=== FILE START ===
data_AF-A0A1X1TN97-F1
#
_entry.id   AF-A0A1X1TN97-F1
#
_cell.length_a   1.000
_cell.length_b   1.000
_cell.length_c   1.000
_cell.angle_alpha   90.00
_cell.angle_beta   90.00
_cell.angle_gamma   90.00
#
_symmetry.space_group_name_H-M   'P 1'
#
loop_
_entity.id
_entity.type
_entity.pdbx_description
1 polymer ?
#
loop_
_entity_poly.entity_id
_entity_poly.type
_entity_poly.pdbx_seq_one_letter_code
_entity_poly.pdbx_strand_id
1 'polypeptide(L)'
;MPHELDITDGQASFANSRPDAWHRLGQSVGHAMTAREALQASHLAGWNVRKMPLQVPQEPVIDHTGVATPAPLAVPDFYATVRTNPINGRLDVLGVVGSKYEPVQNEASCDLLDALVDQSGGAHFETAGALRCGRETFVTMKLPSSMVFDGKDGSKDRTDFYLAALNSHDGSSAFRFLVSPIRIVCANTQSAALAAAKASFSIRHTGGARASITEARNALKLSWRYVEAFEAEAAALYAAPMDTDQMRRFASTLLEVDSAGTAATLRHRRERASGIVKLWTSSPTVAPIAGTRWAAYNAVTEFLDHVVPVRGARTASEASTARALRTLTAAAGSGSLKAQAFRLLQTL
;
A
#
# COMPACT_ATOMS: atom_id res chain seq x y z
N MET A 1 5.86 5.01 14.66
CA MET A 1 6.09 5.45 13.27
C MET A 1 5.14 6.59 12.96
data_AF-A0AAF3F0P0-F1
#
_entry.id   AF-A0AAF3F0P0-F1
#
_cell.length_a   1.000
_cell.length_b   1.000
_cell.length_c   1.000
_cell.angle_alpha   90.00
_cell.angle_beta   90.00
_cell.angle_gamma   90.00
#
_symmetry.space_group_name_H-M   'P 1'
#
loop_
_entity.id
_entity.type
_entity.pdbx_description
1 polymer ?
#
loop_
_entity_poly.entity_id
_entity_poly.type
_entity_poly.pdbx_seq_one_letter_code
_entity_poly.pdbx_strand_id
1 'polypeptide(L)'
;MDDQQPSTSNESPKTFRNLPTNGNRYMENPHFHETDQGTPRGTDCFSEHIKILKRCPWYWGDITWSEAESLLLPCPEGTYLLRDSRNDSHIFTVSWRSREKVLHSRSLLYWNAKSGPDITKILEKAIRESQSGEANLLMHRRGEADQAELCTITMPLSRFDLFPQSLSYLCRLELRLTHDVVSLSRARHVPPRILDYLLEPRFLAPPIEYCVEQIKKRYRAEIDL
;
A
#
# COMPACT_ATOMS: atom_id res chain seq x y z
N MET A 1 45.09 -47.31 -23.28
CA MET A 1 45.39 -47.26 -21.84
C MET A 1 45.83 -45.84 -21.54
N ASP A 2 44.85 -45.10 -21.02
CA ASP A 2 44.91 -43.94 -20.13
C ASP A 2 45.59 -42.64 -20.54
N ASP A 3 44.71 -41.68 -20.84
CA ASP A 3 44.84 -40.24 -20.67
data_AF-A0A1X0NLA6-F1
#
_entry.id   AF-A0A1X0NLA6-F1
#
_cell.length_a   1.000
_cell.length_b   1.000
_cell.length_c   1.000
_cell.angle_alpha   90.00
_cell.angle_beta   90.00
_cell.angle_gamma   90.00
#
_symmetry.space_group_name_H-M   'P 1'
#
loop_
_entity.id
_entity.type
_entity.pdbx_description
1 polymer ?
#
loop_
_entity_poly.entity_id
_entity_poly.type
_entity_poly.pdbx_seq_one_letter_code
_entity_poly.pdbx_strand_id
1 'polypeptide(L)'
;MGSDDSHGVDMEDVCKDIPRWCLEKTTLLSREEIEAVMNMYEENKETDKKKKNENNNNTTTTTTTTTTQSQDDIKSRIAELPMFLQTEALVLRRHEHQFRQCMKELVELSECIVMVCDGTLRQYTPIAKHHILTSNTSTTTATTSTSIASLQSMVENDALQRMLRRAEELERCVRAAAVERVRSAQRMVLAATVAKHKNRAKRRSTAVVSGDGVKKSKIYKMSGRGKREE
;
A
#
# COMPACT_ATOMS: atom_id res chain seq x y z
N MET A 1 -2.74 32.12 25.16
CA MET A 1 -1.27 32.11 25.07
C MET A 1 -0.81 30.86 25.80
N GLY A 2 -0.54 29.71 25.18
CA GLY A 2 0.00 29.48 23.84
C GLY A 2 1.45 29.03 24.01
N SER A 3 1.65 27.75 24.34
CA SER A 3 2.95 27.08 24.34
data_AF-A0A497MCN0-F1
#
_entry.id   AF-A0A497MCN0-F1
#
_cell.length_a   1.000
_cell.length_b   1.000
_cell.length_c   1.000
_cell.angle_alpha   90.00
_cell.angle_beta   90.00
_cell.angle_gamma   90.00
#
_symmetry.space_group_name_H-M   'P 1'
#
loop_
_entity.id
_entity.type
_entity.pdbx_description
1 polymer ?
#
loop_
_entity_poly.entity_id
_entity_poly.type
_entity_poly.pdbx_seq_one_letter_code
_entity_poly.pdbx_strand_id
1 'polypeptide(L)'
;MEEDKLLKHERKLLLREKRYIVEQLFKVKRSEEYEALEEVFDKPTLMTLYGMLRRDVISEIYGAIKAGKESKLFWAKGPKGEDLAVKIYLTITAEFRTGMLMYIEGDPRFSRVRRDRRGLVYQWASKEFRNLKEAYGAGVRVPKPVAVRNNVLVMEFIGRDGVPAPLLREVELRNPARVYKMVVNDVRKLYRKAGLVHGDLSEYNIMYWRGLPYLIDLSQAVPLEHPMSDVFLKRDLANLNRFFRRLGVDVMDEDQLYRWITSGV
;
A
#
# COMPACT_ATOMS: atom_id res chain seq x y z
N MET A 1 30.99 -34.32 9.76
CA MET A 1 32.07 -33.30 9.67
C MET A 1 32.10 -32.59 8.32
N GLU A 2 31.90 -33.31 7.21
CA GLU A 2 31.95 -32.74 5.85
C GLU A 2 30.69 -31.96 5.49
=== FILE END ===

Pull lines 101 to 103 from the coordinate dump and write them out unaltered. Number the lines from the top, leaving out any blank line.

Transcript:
# COMPACT_ATOMS: atom_id res chain seq x y z
N MET A 1 -2.74 32.12 25.16
CA MET A 1 -1.27 32.11 25.07